Interested in learning more? Continue reading below…

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Posted in Staffing


Why Churches don’t Grow: #1 Lack of Vision


Stuckness is no respecter of the “brand” or “flavor” of a church. All kinds of churches across America are stuck. Large churches, small churches, old churches, new churches, Baptist churches, Methodist churches, Nazarene churches, Presbyterian church and even non-denominational churches are stuck. In fact Thom Rainer, President and CEO of LifeWay Christian Resources has stated in his research that:

“Eight out of ten of the approximately 400,000 churches in the United States are declining or have plateaued.”

While there are all kinds of reasons that churches end up stuck, at the Unstuck Group we’ve identified 5 key contributors that lead to churches being stuck. Through working with churches across America we’ve observed these contributors over and over and over again. In the next few blog posts I’ll be sharing them with you.

The first contributor that leads to a church becoming stuck is a “Lack of Vision Focus.”

An old Japanese proverb says, “Vision without action is a daydream. Action without vision is a nightmare.” There are a lot of churches out there that are living a nightmare because while there may be ministry activity, that ministry activity is not aligned to move the whole church towards accomplishing a clear vision.

But how do you know if you have a vision problem? Here are 6 indicators that you may have a vision problem at your church.

1. Tinkering with Tactics

Often I’ll see churches that have a vision problem begin to tinker with tactics instead of the core issue of vision. They’ll change a worship service time, begin or end a ministry, or attempt to copy the success of others. All of this is done in an attempt to find a silver bullet solution to get things growing and going in the right direction again.

2. Obsession with Excellence

Sometimes I’ll see churches that think if they just did what they were doing better, with more excellence, things would improve. But churches that obsess with excellence (or the pursuit of perfection) and think excellence is the solution are often avoiding dealing with a lack of vision. After all if you wait until something is perfect before you bring it to market, it will never get to market. And until you deal with the core issue of vision you will never have clarity on what it is you should actually be doing with excellence. If you end up doing the wrong thing better you’re just going to get to the wrong place faster.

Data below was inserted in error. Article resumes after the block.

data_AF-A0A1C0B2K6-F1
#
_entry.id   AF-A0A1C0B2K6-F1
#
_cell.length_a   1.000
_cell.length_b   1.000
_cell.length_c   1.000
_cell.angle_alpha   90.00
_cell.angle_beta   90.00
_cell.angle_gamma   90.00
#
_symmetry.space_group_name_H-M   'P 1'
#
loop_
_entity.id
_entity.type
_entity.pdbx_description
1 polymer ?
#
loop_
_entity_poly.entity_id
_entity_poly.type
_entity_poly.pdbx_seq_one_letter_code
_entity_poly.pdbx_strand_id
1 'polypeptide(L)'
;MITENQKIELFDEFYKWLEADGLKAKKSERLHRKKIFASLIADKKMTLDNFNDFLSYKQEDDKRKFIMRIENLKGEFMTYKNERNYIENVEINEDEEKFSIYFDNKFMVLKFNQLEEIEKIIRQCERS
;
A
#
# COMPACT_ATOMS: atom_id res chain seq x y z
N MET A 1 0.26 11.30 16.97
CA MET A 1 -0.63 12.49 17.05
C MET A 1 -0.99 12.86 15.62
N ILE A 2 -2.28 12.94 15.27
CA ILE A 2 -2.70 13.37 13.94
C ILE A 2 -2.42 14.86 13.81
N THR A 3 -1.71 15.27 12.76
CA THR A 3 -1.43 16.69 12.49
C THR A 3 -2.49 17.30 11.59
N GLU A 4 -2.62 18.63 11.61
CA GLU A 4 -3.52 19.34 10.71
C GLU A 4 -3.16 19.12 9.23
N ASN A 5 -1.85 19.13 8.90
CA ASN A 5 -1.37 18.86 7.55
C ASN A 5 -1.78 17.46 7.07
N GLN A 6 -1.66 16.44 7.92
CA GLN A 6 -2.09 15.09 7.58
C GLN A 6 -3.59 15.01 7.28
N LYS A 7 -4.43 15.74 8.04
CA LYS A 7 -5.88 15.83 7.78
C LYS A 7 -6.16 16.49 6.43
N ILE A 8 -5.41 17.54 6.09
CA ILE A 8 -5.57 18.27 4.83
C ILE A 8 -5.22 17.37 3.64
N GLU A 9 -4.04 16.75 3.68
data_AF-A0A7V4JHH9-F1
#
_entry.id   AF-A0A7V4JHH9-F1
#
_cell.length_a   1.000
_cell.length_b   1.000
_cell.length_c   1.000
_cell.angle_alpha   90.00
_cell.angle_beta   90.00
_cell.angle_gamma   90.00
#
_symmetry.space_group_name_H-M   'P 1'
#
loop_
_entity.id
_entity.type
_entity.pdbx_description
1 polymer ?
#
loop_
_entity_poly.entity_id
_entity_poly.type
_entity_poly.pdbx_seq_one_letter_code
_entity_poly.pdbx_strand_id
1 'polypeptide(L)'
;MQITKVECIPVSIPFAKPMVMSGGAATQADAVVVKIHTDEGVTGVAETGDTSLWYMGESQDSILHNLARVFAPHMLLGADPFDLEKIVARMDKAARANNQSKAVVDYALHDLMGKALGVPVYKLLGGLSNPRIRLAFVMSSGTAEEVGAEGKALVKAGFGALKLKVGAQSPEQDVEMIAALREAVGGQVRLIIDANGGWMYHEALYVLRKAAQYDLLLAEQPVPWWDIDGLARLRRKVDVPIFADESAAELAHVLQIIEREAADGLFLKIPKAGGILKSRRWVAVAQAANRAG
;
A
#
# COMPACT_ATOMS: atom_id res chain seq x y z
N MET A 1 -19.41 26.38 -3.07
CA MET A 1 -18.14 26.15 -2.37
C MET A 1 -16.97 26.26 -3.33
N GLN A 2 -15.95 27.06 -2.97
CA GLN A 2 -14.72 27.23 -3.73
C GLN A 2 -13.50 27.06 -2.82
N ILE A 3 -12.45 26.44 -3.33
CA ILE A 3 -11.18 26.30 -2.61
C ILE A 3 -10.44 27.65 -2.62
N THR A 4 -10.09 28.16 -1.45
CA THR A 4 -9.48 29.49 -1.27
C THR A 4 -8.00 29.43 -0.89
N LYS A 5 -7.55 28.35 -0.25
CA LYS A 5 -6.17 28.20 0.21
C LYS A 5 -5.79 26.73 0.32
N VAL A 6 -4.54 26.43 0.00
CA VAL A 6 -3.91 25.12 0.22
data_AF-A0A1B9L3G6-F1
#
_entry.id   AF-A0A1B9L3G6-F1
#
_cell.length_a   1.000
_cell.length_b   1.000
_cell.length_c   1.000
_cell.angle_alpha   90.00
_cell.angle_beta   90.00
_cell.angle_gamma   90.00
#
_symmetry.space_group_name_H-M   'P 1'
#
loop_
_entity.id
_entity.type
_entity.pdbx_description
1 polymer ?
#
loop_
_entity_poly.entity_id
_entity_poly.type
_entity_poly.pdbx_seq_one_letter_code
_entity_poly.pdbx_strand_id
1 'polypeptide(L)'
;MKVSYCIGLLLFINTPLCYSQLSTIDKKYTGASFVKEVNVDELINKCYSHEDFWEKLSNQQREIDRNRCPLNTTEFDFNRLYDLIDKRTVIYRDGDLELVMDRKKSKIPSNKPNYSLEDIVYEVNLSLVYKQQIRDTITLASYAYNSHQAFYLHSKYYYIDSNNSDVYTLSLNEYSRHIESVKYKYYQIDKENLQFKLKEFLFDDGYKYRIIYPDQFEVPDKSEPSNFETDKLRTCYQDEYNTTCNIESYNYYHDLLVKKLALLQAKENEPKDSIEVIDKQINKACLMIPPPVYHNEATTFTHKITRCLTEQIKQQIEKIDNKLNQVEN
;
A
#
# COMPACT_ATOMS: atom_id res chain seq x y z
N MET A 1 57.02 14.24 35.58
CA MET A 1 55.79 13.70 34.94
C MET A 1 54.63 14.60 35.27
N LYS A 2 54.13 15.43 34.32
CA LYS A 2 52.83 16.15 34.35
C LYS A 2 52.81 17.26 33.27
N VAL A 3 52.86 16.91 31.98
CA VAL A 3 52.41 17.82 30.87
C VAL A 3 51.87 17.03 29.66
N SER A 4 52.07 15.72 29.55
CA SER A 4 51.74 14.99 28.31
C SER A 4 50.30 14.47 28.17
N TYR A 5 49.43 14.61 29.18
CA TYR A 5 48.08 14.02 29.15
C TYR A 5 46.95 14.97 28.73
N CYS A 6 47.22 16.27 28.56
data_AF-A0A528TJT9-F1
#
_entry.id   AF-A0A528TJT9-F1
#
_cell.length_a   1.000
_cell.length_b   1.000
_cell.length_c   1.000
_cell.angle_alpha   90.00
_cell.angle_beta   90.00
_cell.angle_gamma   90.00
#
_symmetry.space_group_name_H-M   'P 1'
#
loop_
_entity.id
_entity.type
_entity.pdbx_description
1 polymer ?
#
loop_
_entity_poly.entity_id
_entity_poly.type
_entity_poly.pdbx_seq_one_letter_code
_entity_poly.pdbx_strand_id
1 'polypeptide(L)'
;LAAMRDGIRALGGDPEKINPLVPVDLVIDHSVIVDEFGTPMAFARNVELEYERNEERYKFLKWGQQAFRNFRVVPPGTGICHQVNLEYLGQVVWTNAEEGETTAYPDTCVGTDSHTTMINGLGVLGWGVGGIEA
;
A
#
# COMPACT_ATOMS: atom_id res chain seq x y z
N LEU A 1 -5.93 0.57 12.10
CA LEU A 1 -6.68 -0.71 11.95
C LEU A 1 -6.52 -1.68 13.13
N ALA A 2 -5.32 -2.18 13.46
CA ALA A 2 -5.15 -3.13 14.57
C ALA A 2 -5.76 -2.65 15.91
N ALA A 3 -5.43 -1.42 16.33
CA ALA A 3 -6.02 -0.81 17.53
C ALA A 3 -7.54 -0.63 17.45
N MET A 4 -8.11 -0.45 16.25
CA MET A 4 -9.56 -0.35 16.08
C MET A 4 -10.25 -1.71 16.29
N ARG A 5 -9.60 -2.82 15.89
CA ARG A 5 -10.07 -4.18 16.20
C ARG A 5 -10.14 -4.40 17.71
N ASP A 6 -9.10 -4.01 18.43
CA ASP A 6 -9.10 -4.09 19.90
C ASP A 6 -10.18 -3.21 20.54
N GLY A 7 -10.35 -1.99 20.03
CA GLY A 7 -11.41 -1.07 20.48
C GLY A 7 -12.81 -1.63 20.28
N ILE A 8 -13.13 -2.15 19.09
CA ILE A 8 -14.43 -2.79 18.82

3. Decision Making Stalls

When decision-making is slow, internal communication is cumbersome, and there is a gap between decisions and implementation it usually points to a structural issue. However what’s beneath the structural problem is really a vision problem. Clear vision provides everyone in the organization with a clear picture of how to make decisions and to behave. The clearer the vision the faster you can go.

4. Ministry Silos

Another common challenge that I see in churches that are stuck is ministry silos. Another word for this is departmentalization. Multiple unique individual ministries operating under one roof. Instead of working with one another, ministries end up competing for volunteers, budget resources, facility space, announcement time, and so on. Ministry silos are a sure sign of a vision problem. Because there isn’t a strong enough or clear enough vision for the church, each ministry ends up coming up with their own unique vision to chase after.

5. Staff Turnover

There are a lot of reasons churches experience staff turnover, and a vision problem is one of them. High capacity leaders who aren’t in a position to affect their destiny or “have a seat at the table,” are usually the first ones to go. While they’re eager to move the ball down the field, they’ll be the first ones to leave if you don’t provide them a way to keep score and know if they’re winning or not. High capacity leaders are attracted to big, clear, actionable, and attainable vision. If you don’t have one, you won’t have the other very long.

6. The Driving Value becomes “Take Care of who is Here”

When a vision problem sets in for some amount of time a natural drift begins to take place. Because there is no “next hill” to take the overarching value begins to move towards, “taking care of who is already here.” This becomes a bit of a downward spiral and “self-fulfilling prophecy,” so to speak. The more a church focuses on who is already here, the less vision there is for reaching who isn’t here which inevitably means there will be less people here to take care of.

Need help addressing the vision problem at your church? The Strategic Operating Process that we lead churches through at the Unstuck Group will help your church clarify your mission, vision, and core strategies—and then realize it through prioritized action initiatives.

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Posted in Leadership